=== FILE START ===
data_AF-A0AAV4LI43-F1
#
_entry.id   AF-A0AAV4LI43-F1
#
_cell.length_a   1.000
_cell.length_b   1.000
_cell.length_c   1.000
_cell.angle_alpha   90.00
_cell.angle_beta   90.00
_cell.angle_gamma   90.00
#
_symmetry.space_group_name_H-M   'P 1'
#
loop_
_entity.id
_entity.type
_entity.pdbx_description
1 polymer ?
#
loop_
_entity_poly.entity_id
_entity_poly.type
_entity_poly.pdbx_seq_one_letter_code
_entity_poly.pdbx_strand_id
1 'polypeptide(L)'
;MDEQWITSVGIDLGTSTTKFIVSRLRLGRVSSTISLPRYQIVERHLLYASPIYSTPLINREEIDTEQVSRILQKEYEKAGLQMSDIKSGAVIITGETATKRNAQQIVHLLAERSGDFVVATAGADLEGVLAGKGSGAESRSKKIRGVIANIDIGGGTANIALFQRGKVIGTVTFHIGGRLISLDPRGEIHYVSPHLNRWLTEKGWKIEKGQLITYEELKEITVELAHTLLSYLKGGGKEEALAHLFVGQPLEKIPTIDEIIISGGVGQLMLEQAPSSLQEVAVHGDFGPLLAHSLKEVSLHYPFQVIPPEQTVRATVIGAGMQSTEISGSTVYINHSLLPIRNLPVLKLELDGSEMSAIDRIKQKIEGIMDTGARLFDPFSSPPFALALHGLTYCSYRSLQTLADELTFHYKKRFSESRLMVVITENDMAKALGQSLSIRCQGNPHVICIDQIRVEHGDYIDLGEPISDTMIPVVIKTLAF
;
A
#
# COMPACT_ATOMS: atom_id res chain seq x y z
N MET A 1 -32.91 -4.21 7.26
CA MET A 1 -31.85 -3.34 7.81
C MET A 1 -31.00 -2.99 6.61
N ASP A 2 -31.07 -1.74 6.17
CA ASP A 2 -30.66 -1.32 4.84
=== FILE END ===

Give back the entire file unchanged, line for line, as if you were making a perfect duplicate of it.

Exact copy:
data_AF-A0AAV4LI43-F1
#
_entry.id   AF-A0AAV4LI43-F1
#
_cell.length_a   1.000
_cell.length_b   1.000
_cell.length_c   1.000
_cell.angle_alpha   90.00
_cell.angle_beta   90.00
_cell.angle_gamma   90.00
#
_symmetry.space_group_name_H-M   'P 1'
#
loop_
_entity.id
_entity.type
_entity.pdbx_description
1 polymer ?
#
loop_
_entity_poly.entity_id
_entity_poly.type
_entity_poly.pdbx_seq_one_letter_code
_entity_poly.pdbx_strand_id
1 'polypeptide(L)'
;MDEQWITSVGIDLGTSTTKFIVSRLRLGRVSSTISLPRYQIVERHLLYASPIYSTPLINREEIDTEQVSRILQKEYEKAGLQMSDIKSGAVIITGETATKRNAQQIVHLLAERSGDFVVATAGADLEGVLAGKGSGAESRSKKIRGVIANIDIGGGTANIALFQRGKVIGTVTFHIGGRLISLDPRGEIHYVSPHLNRWLTEKGWKIEKGQLITYEELKEITVELAHTLLSYLKGGGKEEALAHLFVGQPLEKIPTIDEIIISGGVGQLMLEQAPSSLQEVAVHGDFGPLLAHSLKEVSLHYPFQVIPPEQTVRATVIGAGMQSTEISGSTVYINHSLLPIRNLPVLKLELDGSEMSAIDRIKQKIEGIMDTGARLFDPFSSPPFALALHGLTYCSYRSLQTLADELTFHYKKRFSESRLMVVITENDMAKALGQSLSIRCQGNPHVICIDQIRVEHGDYIDLGEPISDTMIPVVIKTLAF
;
A
#
# COMPACT_ATOMS: atom_id res chain seq x y z
N MET A 1 -32.91 -4.21 7.26
CA MET A 1 -31.85 -3.34 7.81
C MET A 1 -31.00 -2.99 6.61
N ASP A 2 -31.07 -1.74 6.17
CA ASP A 2 -30.66 -1.32 4.84